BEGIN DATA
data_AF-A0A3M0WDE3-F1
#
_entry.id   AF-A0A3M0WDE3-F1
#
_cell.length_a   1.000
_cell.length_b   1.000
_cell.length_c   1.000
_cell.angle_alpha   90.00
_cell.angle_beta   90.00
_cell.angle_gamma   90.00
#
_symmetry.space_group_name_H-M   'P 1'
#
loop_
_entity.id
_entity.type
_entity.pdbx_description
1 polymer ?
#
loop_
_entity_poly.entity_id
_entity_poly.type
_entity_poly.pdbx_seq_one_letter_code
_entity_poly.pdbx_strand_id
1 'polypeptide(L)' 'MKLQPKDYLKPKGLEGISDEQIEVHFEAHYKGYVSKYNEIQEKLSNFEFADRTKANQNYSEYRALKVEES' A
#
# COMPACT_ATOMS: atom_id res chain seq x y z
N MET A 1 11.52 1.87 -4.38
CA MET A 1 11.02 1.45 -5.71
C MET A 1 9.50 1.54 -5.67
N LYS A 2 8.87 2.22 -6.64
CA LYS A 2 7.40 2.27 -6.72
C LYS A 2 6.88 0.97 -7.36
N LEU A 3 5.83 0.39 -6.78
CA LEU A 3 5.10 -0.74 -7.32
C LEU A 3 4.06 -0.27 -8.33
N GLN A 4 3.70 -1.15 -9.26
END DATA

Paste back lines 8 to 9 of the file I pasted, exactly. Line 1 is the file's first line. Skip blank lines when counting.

_cell.angle_alpha   90.00
_cell.angle_beta   90.00